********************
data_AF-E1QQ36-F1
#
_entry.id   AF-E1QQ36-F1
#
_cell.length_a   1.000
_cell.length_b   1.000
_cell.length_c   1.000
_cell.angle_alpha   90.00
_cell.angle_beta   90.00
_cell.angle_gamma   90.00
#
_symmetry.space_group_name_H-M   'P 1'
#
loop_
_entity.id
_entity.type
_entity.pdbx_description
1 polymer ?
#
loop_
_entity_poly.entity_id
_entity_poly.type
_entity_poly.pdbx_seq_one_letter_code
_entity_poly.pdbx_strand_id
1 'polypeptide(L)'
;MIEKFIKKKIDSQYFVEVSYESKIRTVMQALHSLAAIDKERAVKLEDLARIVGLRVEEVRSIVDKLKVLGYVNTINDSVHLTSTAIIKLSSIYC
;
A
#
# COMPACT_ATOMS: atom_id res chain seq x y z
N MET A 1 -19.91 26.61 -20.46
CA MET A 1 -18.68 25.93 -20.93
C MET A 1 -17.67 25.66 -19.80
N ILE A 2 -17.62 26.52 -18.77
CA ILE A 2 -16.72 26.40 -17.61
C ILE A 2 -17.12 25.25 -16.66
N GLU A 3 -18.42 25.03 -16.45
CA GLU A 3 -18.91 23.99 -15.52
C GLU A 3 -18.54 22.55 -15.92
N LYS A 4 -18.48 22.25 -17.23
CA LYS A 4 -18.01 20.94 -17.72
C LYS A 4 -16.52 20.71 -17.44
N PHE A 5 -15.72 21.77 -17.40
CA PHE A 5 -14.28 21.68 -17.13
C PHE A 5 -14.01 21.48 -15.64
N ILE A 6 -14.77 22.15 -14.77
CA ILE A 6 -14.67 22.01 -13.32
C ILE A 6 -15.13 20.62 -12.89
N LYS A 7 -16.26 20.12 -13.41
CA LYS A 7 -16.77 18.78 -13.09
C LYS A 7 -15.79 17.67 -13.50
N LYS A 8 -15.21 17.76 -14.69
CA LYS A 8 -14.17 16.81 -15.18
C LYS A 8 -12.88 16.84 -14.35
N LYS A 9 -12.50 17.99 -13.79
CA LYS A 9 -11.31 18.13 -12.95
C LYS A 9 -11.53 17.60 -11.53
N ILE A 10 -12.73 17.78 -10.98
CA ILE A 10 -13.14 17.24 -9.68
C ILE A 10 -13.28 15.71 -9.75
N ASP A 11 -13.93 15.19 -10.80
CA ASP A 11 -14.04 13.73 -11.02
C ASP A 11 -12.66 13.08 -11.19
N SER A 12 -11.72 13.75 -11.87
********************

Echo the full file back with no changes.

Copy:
data_AF-E1QQ36-F1
#
_entry.id   AF-E1QQ36-F1
#
_cell.length_a   1.000
_cell.length_b   1.000
_cell.length_c   1.000
_cell.angle_alpha   90.00
_cell.angle_beta   90.00
_cell.angle_gamma   90.00
#
_symmetry.space_group_name_H-M   'P 1'
#
loop_
_entity.id
_entity.type
_entity.pdbx_description
1 polymer ?
#
loop_
_entity_poly.entity_id
_entity_poly.type
_entity_poly.pdbx_seq_one_letter_code
_entity_poly.pdbx_strand_id
1 'polypeptide(L)'
;MIEKFIKKKIDSQYFVEVSYESKIRTVMQALHSLAAIDKERAVKLEDLARIVGLRVEEVRSIVDKLKVLGYVNTINDSVHLTSTAIIKLSSIYC
;
A
#
# COMPACT_ATOMS: atom_id res chain seq x y z
N MET A 1 -19.91 26.61 -20.46
CA MET A 1 -18.68 25.93 -20.93
C MET A 1 -17.67 25.66 -19.80
N ILE A 2 -17.62 26.52 -18.77
CA ILE A 2 -16.72 26.40 -17.61
C ILE A 2 -17.12 25.25 -16.66
N GLU A 3 -18.42 25.03 -16.45
CA GLU A 3 -18.91 23.99 -15.52
C GLU A 3 -18.54 22.55 -15.92
N LYS A 4 -18.48 22.25 -17.23
CA LYS A 4 -18.01 20.94 -17.72
C LYS A 4 -16.52 20.71 -17.44
N PHE A 5 -15.72 21.77 -17.40
CA PHE A 5 -14.28 21.68 -17.13
C PHE A 5 -14.01 21.48 -15.64
N ILE A 6 -14.77 22.15 -14.77
CA ILE A 6 -14.67 22.01 -13.32
C ILE A 6 -15.13 20.62 -12.89
N LYS A 7 -16.26 20.12 -13.41
CA LYS A 7 -16.77 18.78 -13.09
C LYS A 7 -15.79 17.67 -13.50
N LYS A 8 -15.21 17.76 -14.69
CA LYS A 8 -14.17 16.81 -15.18
C LYS A 8 -12.88 16.84 -14.35
N LYS A 9 -12.50 17.99 -13.79
CA LYS A 9 -11.31 18.13 -12.95
C LYS A 9 -11.53 17.60 -11.53
N ILE A 10 -12.73 17.78 -10.98
CA ILE A 10 -13.14 17.24 -9.68
C ILE A 10 -13.28 15.71 -9.75
N ASP A 11 -13.93 15.19 -10.80
CA ASP A 11 -14.04 13.73 -11.02
C ASP A 11 -12.66 13.08 -11.19
N SER A 12 -11.72 13.75 -11.87